Efforts to reach a universal policy approach to crypto took a step further on Thursday as two major financial regulators set out their plans for coordinated action.
The International Monetary Fund (IMF) and the G20’s risk watchdog, the Financial Stability Board (FSB), said in a joint white paper that a “comprehensive policy and regulatory response for crypto-assets is necessary to address the risks of crypto-assets to macroeconomic and financial stability”.
While the authors of the paper acknowledge that connections between crypto and the mainstream financial world have been limited, they still argue that widespread adoption would undermine the effectiveness of monetary policy, and that granting cryptocurrencies legal tender status poses a threat to stability.
The report sets out how the organizations will work together and with other agencies to keep an eye on the potential disruption posed by crypto, as well as implementing a series of high-level recommendations made by the FSB earlier this year.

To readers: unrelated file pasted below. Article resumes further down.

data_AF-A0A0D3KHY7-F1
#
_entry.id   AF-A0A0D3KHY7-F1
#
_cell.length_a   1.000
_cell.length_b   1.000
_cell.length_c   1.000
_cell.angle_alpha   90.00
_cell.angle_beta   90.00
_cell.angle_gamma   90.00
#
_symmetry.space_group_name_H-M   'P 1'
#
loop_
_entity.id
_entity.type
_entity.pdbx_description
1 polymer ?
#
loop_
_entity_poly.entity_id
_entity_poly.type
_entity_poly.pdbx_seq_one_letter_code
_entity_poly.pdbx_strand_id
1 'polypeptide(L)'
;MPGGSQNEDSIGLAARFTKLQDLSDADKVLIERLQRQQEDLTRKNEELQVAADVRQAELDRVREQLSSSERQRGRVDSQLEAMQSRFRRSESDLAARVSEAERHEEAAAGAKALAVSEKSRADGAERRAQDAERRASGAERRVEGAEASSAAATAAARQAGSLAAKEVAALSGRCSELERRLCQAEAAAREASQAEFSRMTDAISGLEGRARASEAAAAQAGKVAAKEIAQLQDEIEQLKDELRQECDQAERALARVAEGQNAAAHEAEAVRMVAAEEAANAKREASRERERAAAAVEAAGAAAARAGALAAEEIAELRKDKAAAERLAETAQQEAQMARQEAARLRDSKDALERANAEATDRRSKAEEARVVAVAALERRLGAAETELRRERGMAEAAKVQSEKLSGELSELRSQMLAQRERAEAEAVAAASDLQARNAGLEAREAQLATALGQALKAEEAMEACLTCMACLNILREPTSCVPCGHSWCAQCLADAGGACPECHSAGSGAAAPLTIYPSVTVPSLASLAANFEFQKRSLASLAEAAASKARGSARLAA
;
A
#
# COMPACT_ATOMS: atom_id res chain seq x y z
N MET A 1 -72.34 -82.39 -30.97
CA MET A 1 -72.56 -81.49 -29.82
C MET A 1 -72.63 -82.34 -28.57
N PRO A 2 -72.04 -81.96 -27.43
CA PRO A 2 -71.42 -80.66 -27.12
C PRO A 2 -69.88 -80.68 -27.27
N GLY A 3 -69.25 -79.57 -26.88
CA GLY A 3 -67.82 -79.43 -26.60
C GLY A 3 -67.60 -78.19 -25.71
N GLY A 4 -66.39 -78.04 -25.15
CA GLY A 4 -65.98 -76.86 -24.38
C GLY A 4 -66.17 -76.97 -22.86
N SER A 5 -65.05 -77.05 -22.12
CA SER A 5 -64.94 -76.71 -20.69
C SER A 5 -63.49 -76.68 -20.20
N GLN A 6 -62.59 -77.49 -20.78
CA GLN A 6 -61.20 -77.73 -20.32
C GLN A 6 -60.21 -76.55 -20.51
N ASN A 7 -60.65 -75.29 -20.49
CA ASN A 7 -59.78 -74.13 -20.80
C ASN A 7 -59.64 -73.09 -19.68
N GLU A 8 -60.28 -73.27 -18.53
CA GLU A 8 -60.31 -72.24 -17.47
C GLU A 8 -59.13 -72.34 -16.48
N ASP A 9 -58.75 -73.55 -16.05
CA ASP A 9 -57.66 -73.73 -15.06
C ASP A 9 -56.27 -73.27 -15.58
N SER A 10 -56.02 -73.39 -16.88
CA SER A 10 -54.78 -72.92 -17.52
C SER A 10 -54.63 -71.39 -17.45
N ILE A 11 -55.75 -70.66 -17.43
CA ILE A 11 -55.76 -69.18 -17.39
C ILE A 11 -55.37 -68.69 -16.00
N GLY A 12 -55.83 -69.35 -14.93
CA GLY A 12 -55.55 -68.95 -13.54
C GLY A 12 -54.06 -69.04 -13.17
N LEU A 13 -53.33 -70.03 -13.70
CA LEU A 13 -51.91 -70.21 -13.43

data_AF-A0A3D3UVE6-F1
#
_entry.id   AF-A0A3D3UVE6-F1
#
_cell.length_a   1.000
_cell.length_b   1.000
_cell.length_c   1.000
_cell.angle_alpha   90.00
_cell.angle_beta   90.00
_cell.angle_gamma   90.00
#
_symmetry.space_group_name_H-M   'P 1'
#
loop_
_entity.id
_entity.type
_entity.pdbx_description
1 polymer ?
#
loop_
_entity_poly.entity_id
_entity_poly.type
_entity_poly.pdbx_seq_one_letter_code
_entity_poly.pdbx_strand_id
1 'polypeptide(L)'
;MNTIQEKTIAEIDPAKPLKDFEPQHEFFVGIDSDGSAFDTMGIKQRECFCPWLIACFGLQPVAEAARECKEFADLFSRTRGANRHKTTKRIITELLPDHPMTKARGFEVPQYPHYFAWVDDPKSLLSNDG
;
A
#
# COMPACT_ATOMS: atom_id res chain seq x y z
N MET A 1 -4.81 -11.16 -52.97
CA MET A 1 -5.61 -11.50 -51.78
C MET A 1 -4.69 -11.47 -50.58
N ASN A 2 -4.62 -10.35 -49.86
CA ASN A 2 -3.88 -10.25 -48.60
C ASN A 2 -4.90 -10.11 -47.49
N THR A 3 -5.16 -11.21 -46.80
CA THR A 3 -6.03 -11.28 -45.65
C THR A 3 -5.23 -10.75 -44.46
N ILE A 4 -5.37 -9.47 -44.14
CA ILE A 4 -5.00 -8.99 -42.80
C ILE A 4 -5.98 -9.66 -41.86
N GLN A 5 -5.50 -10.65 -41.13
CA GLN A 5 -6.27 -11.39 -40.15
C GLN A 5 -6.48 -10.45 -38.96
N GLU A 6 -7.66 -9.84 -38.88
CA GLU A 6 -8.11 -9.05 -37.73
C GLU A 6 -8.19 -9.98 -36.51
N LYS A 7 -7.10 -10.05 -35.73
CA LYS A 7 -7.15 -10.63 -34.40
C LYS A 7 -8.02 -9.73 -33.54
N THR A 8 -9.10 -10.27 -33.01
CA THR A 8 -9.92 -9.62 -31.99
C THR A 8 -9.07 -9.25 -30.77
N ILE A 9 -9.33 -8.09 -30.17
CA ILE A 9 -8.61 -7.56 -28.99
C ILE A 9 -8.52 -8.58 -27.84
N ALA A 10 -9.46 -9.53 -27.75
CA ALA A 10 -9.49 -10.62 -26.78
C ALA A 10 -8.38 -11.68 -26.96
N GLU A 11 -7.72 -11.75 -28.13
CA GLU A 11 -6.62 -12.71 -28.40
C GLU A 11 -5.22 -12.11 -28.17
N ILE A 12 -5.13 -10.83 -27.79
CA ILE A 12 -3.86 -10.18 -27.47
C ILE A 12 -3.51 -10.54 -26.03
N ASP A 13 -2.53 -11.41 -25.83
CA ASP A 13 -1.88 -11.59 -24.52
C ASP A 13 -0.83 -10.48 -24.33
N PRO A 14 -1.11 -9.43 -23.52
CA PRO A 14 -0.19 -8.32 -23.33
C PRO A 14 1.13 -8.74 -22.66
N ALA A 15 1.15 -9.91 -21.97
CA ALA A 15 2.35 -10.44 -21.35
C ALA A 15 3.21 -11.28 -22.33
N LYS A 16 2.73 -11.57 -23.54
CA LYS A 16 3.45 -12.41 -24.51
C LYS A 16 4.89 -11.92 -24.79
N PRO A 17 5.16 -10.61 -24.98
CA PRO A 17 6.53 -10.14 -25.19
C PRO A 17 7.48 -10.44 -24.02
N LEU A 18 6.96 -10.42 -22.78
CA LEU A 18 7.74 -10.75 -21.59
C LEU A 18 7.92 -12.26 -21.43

Jurisdictions, the paper suggests, should “safeguard monetary sovereignty and strengthen monetary policy frameworks, guard against excessive capital flow volatility and adopt unambiguous tax treatment of crypto-assets” if they want to protect their economies from potential problems.
No new recommendations were made in the paper, with the focus instead on identifying risks and setting out a roadmap for the future.
The FSB and IMF also raised fears around stablecoins, saying their widespread use could lead to fragmentation of global payments, and pointing to the 2022 collapse of the Luna/Terra ecosystem as an example of how one failure could have knock-on impacts in the market.
But central bank digital currencies (CBDCs) are not covered by the scope of the latest report, despite the uptick in the number of countries planning to issue one. The paper also features no mention of NFTs.